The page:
In this interview, Gladys Mponda, Vice President of the Malawi Union for the Informal Sector (MUFIS), talks about the value of organizing, the importance of R204 and the strength of women.
From all the trainings and conferences I’ve been to, what has had the biggest impact on me is the organizing [of workers in informal employment into membership-based organizations]. Seeing how our friends were organizing in some countries really interested me, how they interacted with their governments. I was also moved by their work, what they have done.
Our organization [MUFIS] was established in 2001 and registered as a union in 2004. We saw that people did not have a voice and, with this need, we started organizing in markets. Those who understood quickly were women, and we had more women than men joining.
Over the next 25 years, I'd like to see more people organized – let’s say a million workers organized into our organization. We are a union – WIEGO helped us to register the union. We are so proud.
We see in the research that 89 per cent [of Malawi’s 5.5 million workers] are informal. So we can still organize in our sector and grow our organization.
For an organization to move, it needs women. Women move everything. In our organization…most of the leadership in the branches are women. Women are so strong, when they want something to be done they are so strong.
One of our proudest moments was when we were able to sign a memorandum of understanding with the Mzuzu City Council. Our union has grown since then – we have organized members from the southern region to the northern region. We were not known; now we are trying to lobby with the government to work with us.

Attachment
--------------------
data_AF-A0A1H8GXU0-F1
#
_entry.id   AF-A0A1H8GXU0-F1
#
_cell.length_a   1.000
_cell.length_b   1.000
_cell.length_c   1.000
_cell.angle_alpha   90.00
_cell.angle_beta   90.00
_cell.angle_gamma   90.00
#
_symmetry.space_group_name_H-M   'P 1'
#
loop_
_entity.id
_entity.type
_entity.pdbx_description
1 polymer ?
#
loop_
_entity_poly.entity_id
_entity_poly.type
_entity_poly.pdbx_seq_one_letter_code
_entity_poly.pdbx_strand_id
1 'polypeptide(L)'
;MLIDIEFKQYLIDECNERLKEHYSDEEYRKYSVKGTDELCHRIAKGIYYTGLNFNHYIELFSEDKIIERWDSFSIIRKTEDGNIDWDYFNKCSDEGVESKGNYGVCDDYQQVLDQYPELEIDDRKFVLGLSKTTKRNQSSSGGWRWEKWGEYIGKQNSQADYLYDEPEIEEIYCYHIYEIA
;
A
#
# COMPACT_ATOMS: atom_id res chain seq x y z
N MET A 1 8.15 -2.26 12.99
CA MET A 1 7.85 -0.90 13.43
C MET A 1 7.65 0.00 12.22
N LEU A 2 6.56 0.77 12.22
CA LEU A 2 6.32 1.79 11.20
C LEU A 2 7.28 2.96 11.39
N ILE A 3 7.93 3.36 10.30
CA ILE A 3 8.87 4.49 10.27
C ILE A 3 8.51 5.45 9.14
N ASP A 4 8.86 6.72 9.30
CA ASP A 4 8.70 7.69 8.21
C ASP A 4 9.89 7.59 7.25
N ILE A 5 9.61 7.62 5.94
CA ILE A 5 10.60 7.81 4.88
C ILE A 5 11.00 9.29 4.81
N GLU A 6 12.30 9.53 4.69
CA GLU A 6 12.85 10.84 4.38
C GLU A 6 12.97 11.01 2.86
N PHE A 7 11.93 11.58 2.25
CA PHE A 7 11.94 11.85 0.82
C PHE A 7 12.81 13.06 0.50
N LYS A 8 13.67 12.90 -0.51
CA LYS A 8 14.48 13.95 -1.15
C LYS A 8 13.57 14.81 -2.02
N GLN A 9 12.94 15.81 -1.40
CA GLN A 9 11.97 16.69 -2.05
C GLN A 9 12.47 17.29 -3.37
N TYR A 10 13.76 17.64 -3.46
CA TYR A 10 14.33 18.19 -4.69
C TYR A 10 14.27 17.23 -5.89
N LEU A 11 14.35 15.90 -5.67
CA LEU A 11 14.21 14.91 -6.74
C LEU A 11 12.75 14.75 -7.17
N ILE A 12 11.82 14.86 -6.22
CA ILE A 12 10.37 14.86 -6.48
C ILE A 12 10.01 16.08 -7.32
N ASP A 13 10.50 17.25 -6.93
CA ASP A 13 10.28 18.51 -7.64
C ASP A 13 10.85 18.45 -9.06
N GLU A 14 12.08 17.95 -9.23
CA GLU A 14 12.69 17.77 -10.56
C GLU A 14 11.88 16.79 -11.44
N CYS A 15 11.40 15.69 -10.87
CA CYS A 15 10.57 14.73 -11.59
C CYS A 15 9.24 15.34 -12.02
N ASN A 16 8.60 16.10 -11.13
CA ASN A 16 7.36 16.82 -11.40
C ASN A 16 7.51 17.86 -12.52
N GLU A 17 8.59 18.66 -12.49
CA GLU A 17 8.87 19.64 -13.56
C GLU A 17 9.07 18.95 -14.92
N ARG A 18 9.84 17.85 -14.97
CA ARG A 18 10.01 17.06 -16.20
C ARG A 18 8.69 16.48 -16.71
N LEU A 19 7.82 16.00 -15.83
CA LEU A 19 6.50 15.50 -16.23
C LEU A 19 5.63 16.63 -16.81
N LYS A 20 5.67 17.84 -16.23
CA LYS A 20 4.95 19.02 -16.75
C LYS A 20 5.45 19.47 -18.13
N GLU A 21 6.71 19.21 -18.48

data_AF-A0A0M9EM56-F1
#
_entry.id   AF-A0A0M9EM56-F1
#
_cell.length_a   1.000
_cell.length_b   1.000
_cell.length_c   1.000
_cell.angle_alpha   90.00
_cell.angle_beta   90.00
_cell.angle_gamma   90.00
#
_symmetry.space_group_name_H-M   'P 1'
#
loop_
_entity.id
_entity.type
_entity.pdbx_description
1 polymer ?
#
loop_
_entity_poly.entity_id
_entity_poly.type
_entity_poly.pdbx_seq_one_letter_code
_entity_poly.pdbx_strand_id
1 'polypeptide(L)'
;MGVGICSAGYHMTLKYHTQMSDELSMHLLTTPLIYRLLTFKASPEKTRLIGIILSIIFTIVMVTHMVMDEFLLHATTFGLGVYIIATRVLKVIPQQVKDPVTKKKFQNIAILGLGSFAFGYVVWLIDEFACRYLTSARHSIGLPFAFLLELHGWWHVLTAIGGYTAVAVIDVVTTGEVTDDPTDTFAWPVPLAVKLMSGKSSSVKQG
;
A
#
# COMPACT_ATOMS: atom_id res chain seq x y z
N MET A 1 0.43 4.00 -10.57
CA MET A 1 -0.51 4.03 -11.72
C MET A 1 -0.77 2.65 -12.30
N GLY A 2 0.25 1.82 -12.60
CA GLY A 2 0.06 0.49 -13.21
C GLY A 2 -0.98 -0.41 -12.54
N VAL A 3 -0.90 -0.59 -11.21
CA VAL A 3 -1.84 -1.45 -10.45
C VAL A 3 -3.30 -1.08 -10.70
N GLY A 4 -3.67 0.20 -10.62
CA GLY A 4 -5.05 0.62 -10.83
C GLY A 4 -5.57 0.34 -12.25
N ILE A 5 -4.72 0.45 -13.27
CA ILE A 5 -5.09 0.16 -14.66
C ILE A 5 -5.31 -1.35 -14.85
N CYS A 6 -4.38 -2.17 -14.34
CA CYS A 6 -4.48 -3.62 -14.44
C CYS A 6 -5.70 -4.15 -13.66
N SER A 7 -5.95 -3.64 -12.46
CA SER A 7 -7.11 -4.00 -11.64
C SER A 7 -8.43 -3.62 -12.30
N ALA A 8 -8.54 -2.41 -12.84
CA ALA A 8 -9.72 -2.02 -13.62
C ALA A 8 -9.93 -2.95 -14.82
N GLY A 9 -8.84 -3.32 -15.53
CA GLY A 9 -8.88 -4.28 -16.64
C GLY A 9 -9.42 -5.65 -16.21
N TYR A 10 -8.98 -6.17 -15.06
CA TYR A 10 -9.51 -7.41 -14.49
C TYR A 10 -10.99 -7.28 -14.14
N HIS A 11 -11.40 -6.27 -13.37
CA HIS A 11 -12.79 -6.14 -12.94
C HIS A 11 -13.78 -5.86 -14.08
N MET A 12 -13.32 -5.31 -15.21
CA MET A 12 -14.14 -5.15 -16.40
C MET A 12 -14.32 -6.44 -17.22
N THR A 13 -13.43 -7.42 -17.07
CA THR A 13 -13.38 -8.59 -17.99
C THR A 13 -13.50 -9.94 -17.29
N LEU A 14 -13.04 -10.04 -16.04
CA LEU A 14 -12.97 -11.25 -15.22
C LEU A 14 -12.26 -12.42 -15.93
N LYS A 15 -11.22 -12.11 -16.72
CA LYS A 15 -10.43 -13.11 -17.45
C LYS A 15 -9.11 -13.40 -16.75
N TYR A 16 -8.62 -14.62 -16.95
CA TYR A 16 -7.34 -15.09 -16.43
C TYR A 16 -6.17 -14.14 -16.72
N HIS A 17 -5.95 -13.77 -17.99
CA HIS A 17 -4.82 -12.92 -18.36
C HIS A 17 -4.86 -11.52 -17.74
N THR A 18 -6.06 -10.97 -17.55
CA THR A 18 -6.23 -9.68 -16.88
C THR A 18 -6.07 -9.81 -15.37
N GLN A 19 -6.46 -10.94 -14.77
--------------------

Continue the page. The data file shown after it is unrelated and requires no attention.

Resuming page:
We want to see R204 [the ILO Recommendation concerning the transition from the informal to the formal economy] being implemented. It hasn't been implemented in our country, but if we still push, I think it will be. Because we also pay tax, paying levies every day…and this the government is shying away from.
Once it [R204] is accepted, we could then employ others. People would have jobs because our businesses would be bigger. They say [an election promise by Malawi’s President Lazarus Chakwera] a million jobs for young people – we can create jobs for the young people.
WIEGO has helped us in research, in organizing, and in making it possible for us to attend conferences. I'm proud to say I'm among those WIEGO has trained – in social protection, urban policies, collective bargaining. And I am really proud that we have achieved something and are now also training others.
We want more training on gender-based violence. Our members, they are working in the markets, mostly women. They wake up early in the morning and go to the market to order goods to sell. When they come back late in the evening, their husbands beat them – “Why were they late” and taking all the money they have been saving and using it for drinking and other women. It is so bad that if the women wanted to go and buy some more goods to sell, she can't, because she has been harassed, has been violated by the husband. We need to educate people on that. Since in our trainings, there are men and women, we can bring it on board.
And there are some places in the markets where women are not allowed to put their goods on the benches. We would like to see change, that women’s businesses grow, from putting their wares down to having a stall where they can be selling and doing their business. By doing so, we will have a record that people are learning and they are practicing what they are learning.
- This has been edited for length and clarity. As part of our 25th anniversary celebrations, we are profiling WIEGO’s institutional members – trade unions, cooperatives and associations of informal workers that are active in WIEGO.